Martin Shkreli, the price-gouging pharmaceutical company executive, was arrested early Thursday morning on securities fraud charges.
The 32-year-old CEO of Turing Pharmaceuticals AG became known as the most hated man on the Internet after buying the rights to a life-saving medication and jacking up the price from $13.50 to $750 per pill.
Federal investigators charged Shkreli with illegally taking stock from Retrophin Inc., another biotech firm he founded in 2011, to pay off debts from unrelated business dealings, reported Bloomberg.
He was “unceremoniously dumped” from that company in September 2014 and sued by its board.
The lawsuit alleges that Shkreli used a series of “extra-legal maneuvers” to essentially turn Retrophin into his personal bank — and now the company seeks every bit of money he made off the company.
A filing made in November 2014 with the U.S. Securities and Exchange Commission showed Shkreli pulled in nearly $3 million in gross proceeds as he continued selling company stock while simultaneously urging investors to buy into Retrophin — which the rapper-quoting then-CEO hyped on his Twitter account.
Shkreli began plundering Retrophin after his hedge fund — which eventually collapsed — made a “disastrous” investment in Orexigen, reported FierceBiotech.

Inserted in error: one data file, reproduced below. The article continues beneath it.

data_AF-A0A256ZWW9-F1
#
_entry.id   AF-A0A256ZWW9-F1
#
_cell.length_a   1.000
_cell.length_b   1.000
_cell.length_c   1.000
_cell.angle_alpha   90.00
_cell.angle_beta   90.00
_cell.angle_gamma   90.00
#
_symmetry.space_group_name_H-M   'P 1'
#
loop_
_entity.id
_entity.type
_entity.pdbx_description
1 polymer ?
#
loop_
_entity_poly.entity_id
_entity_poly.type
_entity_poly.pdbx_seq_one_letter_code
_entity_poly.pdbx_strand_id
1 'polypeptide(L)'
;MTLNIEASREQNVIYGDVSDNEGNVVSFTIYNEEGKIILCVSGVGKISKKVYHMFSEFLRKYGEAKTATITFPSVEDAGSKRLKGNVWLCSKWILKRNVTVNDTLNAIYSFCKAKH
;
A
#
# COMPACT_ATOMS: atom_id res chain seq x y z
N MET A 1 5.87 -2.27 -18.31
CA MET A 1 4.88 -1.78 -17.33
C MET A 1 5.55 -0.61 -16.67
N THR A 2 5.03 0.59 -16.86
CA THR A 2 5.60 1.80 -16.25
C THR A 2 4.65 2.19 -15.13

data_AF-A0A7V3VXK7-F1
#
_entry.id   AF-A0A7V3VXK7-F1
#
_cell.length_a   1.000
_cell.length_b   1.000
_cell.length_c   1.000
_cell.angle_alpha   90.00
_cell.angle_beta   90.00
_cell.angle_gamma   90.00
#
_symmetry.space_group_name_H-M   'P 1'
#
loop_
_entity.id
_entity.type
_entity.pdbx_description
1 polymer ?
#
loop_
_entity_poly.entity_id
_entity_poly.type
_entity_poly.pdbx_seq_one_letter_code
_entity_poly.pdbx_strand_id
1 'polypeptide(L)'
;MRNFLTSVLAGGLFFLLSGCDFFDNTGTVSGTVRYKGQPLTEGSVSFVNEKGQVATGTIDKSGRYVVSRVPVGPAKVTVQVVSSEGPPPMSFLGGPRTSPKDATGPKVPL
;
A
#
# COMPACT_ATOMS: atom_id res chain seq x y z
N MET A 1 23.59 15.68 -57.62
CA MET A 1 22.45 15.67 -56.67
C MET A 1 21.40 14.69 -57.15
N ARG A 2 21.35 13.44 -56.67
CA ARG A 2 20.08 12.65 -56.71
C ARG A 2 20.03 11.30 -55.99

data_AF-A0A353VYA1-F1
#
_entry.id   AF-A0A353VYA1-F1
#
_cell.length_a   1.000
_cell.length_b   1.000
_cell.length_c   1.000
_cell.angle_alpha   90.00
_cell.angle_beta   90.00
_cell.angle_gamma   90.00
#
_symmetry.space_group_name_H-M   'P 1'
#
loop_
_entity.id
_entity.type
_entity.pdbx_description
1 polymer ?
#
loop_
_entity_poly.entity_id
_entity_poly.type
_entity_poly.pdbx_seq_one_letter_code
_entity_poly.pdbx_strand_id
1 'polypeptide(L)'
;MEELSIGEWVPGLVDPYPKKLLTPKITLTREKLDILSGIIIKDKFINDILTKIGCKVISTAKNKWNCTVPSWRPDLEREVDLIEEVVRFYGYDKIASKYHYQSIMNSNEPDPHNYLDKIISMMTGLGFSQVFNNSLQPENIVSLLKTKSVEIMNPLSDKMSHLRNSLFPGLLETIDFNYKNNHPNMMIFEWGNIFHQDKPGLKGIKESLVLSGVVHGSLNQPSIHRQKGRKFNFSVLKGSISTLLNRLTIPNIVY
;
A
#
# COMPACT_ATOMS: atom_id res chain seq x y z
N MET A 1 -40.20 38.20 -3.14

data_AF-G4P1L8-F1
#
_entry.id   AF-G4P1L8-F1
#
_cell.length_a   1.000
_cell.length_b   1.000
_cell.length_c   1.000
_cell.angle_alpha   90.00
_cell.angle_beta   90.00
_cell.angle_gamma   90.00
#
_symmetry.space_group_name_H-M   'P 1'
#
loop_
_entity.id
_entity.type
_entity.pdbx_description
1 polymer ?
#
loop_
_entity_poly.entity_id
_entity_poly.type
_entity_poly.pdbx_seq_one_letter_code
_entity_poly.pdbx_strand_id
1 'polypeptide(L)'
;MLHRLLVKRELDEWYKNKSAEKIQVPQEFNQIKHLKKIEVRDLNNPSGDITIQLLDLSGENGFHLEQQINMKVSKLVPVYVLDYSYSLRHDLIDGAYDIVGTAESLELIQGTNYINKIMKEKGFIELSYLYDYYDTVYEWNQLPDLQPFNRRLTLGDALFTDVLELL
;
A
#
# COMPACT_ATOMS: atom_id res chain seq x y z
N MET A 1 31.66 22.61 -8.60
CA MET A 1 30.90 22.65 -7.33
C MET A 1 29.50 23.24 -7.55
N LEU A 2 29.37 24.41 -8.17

MSMB Capital Management lost more than $7 million and went “virtually bankrupt” after the 2011 investment.
Shkreli finally told investors he was dissolving the hedge fund to focus on Retrophin — and he offered to redeem their investments in cash or stock in his new company.
The suit accuses Shkreli of using complex financial maneuvers to conceal the payments, such as reclassifying a $900,000 equity investment that MSMB made in Retrophin as a loan and then having the company pay off that loan to settle an unrelated legal dispute.
The Securities and Exchange Commission, which launched an investigation of Shkreli in 2012, is expected to file a parallel civil complaint against him, according to Bloomberg.
Shares of KaloBios, which named Shkreli its CEO and board chairman last month, plunged 50 percent in pre-market trading before trading was stopped.
The lawsuit also points out that Shkreli was accused in December 2013 of threatening a former MSMB employee and his family on social media and in written letters.
“I hope to see you and your four children homeless and will do whatever I can to assure this,” the former employee Timothy Pierotti, claimed his old boss had written in a letter to his wife.
That former employee, Timothy Pierotti, had reached an out-of-court settlement of a lawsuit filed against him by Retrophin, said Shkreli contacted his children on Facebook and accused their father of betraying him and stealing $3 million from him.